Three cheers for David! What an excellent summary of the confusing
kaleidoscope of albatross species. However, I do respect Peter Milburn's
As for fiddling with nomenclature to enhance conservation, someone is going
to eventually mount a legal challenge that will burst asunder any
credibility the conservation of species ever had. That will be a sad day.
It is fine for the moment as a grant enhancer and work funder within the
government and conservation industries (more species more urgent and
expensive work needed in an important, popular group).
But the dangers loom. And while money is channelled into this sort of work,
habitat is being cleared everywhere. I think there is a good argument for
stopping all grants and work on species, closing down the conservation
industry and channelling all their moneys into land acquisition.
Even so, the rush for Evolutionary Terminal Taxa, Operational Taxonomic
Units, or Cultural Terminal Taxa of ethnosystematics, tends to forget the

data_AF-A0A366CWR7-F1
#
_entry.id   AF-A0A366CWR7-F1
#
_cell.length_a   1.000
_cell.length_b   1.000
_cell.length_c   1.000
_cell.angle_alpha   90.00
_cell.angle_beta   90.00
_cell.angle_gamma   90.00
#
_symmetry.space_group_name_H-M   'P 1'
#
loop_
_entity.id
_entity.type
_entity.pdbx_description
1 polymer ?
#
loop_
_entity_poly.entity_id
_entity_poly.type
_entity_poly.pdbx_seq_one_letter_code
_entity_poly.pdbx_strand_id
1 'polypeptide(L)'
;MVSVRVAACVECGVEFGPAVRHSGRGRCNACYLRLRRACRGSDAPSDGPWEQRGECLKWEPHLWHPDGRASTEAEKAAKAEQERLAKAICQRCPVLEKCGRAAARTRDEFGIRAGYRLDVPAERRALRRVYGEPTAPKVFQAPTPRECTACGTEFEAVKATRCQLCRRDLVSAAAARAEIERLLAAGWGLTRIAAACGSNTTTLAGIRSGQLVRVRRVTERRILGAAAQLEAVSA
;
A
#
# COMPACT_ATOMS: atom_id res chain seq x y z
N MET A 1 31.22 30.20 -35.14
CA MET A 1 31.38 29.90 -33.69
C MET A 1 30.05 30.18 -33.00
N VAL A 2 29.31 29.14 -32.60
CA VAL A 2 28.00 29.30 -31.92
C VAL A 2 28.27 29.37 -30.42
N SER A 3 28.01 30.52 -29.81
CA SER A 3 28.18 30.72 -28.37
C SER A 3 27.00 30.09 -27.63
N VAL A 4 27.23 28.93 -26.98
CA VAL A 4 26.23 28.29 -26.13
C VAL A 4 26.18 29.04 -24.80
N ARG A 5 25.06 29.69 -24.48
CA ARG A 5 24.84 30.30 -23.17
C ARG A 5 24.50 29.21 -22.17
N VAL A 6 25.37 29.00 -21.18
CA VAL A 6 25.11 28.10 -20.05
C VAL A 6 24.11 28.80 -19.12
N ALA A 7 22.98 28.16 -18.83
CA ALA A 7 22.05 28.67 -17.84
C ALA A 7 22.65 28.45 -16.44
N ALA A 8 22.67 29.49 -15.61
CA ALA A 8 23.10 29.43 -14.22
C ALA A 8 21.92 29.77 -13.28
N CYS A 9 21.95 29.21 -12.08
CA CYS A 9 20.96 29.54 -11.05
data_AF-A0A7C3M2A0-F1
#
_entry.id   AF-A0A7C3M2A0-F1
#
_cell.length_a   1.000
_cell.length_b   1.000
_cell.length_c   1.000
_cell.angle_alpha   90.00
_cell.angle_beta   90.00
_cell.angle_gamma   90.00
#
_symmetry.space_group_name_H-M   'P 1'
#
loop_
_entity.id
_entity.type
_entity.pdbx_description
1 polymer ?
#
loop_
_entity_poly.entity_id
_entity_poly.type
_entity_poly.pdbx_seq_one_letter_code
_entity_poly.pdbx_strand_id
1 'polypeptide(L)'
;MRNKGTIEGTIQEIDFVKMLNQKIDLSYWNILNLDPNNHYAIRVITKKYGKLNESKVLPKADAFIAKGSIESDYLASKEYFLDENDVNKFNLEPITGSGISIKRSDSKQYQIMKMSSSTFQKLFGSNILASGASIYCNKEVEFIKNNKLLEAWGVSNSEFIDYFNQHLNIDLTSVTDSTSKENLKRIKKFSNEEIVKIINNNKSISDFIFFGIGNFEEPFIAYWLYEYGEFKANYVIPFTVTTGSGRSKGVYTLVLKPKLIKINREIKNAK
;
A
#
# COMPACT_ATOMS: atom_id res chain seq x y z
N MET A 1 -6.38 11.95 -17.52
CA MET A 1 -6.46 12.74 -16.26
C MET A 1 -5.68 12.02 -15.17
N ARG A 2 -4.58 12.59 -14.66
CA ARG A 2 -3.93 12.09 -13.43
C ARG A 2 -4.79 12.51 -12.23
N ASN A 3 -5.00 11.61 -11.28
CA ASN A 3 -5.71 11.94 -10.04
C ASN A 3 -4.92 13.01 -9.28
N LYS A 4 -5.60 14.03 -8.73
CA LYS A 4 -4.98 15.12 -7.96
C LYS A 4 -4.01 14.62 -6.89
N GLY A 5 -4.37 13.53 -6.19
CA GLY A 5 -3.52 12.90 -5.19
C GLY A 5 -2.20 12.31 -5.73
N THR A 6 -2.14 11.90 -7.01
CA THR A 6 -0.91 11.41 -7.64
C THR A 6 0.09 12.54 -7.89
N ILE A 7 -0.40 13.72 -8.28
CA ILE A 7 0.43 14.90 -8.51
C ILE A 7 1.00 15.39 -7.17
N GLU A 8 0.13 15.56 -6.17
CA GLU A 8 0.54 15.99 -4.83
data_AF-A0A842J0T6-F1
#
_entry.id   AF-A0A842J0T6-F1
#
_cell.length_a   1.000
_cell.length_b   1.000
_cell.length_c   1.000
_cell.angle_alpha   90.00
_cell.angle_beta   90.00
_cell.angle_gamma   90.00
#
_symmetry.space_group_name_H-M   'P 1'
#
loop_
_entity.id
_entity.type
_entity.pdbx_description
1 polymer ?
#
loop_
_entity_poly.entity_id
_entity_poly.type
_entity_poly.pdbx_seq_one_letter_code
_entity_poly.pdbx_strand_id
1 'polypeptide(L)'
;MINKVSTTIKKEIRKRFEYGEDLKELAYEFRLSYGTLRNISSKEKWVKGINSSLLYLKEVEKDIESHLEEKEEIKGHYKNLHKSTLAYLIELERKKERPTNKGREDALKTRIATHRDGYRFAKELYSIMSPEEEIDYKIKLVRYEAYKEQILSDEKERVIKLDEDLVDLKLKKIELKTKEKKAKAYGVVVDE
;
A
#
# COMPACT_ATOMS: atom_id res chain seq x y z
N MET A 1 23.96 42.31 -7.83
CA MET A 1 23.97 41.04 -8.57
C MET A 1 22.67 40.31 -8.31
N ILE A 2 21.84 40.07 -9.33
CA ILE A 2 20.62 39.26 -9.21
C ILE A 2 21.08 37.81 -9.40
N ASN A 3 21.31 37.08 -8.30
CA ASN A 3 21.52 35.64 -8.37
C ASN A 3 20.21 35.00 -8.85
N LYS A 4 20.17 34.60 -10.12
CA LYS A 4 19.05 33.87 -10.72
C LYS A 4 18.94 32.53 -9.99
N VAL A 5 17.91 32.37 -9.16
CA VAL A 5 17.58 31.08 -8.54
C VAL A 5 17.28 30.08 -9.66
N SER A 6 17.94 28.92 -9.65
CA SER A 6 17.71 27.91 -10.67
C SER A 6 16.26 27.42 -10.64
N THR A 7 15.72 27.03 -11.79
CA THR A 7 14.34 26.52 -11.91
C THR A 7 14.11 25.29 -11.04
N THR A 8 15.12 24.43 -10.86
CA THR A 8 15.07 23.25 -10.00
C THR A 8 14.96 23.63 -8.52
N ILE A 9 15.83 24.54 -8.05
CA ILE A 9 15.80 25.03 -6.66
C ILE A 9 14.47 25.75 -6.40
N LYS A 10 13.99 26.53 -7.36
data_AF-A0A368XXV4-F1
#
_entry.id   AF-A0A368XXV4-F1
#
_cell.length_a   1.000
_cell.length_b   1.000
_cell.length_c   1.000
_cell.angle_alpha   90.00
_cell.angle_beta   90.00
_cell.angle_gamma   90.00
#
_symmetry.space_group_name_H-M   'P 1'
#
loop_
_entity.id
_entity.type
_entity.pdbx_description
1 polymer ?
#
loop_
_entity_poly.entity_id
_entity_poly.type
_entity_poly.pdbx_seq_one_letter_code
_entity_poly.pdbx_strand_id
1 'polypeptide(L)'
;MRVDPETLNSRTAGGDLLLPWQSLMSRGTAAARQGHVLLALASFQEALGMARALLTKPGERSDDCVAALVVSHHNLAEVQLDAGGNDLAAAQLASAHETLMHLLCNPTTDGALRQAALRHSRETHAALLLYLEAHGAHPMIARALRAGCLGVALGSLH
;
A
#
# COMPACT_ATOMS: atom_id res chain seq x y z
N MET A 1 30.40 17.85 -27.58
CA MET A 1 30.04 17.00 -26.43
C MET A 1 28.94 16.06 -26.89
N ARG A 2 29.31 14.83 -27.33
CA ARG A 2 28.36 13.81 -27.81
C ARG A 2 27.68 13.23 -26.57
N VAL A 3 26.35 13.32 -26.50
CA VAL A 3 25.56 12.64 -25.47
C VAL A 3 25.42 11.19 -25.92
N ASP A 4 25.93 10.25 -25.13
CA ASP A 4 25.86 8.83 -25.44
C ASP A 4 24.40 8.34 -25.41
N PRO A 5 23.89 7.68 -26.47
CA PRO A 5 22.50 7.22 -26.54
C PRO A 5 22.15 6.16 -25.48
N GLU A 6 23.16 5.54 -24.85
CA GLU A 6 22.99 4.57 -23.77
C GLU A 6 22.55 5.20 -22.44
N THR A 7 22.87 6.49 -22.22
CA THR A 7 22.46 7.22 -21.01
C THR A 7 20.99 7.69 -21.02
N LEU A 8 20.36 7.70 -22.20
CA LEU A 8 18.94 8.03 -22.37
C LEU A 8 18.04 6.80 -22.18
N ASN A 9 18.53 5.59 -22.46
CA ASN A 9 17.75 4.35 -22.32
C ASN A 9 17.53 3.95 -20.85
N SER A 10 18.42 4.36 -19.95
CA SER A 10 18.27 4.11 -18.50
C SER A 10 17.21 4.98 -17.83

range of clients for nomenclature. It is useless producing classifications
if these cannot be used by most of them. We are getting to the level of
Betty and Harry Albatross. This is your future:
Tony Palliser's Pelagic Report for 12 July, 1999, Sydney Boat Trip.
A great day was had by all even if the numbers of birds were down on last
trip. Only 334,000 species were seen but that was because of the calm seas.
Please use an unzipping file to access the list.
1. Betty Albatross
2. Harry Albatross
3. Cilia Black Petrel
4. Robin Shearwater
5. Craig Shearwater
6. Betty Shearwater
7. John Shearwater
8. Alan Shearwater
9. Trevor Shearwater
10. Tom Shearwater (shearwater species continued on pages 233-10987).
11. Annie Prion
However, it is sad to report we found a dead bird: Barry Albatross has
become extinct despite all the conservation efforts of Environment
Australia, Birds Australia, Greening Austraila, Wildlife Australia and the
sponsorship of Tennis Australia.